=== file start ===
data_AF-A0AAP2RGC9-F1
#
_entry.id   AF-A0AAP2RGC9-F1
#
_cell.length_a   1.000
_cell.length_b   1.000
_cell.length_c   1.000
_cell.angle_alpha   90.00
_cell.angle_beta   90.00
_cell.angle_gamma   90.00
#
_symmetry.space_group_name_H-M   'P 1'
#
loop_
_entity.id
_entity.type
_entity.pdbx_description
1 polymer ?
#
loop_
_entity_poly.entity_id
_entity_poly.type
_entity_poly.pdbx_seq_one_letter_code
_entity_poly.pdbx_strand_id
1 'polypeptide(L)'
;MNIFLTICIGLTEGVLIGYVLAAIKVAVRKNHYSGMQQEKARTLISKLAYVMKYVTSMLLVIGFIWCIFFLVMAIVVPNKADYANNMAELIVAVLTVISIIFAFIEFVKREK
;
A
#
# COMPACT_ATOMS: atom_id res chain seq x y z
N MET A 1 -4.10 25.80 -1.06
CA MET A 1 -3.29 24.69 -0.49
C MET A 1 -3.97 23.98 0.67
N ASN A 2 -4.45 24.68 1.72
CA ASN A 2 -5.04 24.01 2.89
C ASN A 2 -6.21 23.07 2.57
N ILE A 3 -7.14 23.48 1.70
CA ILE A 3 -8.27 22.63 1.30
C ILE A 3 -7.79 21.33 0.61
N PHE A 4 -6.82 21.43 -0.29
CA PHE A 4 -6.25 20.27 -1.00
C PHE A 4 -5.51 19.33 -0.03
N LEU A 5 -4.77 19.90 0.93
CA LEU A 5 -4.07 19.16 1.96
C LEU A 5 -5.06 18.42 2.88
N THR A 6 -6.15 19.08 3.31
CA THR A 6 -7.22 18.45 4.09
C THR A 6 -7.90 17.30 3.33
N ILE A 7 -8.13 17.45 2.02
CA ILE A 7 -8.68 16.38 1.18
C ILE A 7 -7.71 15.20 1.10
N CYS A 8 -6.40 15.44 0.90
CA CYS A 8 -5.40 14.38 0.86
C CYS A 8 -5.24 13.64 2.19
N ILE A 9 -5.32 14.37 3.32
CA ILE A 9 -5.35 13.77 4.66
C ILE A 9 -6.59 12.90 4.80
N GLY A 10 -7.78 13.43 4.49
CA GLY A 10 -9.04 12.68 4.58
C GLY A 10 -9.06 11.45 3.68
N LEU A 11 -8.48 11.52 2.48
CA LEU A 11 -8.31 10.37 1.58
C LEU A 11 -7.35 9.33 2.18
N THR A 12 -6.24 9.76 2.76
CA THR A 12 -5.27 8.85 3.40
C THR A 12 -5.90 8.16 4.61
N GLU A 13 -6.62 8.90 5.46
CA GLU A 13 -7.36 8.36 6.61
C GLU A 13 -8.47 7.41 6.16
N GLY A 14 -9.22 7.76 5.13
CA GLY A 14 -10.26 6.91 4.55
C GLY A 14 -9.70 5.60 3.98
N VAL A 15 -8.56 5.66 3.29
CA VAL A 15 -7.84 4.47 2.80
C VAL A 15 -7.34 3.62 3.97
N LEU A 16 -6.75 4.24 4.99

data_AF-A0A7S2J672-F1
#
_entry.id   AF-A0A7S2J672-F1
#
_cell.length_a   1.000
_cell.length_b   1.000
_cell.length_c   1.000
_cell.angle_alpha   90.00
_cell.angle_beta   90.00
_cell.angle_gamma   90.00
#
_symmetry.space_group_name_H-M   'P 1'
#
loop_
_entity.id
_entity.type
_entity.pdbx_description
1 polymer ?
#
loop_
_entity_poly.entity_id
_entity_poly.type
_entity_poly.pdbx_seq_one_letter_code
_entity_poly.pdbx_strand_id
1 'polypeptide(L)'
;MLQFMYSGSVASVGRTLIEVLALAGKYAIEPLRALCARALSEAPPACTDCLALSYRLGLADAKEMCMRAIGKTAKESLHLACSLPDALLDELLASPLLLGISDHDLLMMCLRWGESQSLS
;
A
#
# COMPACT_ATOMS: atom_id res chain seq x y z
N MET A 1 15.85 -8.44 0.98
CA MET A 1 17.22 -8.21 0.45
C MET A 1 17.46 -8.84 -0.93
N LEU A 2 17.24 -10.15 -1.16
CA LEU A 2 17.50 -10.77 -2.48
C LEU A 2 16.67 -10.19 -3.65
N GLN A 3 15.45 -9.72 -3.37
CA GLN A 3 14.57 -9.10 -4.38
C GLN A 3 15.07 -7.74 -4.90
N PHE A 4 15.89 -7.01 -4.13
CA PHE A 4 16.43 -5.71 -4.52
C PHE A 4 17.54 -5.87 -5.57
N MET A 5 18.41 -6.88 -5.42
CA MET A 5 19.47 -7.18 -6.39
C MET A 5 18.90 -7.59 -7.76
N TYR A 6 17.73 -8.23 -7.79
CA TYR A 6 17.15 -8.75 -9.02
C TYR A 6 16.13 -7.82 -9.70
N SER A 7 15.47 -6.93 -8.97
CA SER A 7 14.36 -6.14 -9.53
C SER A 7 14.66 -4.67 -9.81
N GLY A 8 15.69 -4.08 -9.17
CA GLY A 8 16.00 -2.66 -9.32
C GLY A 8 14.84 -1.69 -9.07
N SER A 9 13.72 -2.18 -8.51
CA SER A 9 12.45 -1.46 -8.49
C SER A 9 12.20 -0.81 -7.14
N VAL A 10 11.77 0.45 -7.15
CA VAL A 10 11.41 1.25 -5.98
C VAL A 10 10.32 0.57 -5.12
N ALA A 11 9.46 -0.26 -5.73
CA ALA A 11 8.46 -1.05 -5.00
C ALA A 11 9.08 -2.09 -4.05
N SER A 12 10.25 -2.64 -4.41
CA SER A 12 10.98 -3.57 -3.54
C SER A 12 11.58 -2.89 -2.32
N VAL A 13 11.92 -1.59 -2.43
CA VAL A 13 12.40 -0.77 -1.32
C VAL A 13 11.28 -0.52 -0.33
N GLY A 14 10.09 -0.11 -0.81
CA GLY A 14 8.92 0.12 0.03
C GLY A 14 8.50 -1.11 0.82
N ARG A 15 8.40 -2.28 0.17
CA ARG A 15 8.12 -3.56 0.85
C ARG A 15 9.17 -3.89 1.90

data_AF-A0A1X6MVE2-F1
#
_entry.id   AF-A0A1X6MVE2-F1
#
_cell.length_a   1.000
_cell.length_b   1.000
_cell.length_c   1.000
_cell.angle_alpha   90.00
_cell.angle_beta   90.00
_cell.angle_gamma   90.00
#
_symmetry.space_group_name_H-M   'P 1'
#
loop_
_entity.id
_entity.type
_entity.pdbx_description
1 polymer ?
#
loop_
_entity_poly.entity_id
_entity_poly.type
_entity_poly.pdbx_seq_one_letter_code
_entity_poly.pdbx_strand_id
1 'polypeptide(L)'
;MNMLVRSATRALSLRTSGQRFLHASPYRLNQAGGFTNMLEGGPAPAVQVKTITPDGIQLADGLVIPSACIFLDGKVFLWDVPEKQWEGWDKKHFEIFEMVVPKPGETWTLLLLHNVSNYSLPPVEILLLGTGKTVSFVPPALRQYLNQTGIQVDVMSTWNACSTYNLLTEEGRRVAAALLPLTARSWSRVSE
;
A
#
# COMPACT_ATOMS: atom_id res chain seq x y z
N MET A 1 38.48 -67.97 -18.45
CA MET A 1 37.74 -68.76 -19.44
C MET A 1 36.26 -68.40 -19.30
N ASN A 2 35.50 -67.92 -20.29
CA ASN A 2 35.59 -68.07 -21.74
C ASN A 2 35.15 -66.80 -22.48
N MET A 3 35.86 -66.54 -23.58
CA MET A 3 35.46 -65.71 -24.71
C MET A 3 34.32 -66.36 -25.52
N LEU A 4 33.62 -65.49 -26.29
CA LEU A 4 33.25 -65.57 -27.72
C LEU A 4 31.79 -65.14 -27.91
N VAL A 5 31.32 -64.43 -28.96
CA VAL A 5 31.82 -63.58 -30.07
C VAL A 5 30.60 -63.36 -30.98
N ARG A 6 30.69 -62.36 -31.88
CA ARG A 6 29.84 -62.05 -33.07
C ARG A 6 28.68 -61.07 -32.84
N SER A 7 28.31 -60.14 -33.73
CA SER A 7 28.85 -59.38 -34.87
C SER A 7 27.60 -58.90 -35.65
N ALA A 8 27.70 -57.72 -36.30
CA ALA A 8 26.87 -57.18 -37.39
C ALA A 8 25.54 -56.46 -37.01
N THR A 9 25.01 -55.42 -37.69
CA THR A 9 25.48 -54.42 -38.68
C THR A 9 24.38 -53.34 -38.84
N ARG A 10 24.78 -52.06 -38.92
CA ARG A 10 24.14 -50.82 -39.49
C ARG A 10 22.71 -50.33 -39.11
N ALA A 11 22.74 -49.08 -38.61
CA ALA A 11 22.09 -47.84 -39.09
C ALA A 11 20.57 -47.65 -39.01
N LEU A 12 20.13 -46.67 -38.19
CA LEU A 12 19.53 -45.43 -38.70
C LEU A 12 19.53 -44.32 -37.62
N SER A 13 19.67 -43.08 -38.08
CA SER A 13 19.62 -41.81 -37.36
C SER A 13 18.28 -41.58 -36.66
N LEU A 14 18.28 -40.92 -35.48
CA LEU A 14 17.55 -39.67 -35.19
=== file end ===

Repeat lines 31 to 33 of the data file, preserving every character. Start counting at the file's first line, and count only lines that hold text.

N MET A 1 -4.10 25.80 -1.06
CA MET A 1 -3.29 24.69 -0.49
C MET A 1 -3.97 23.98 0.67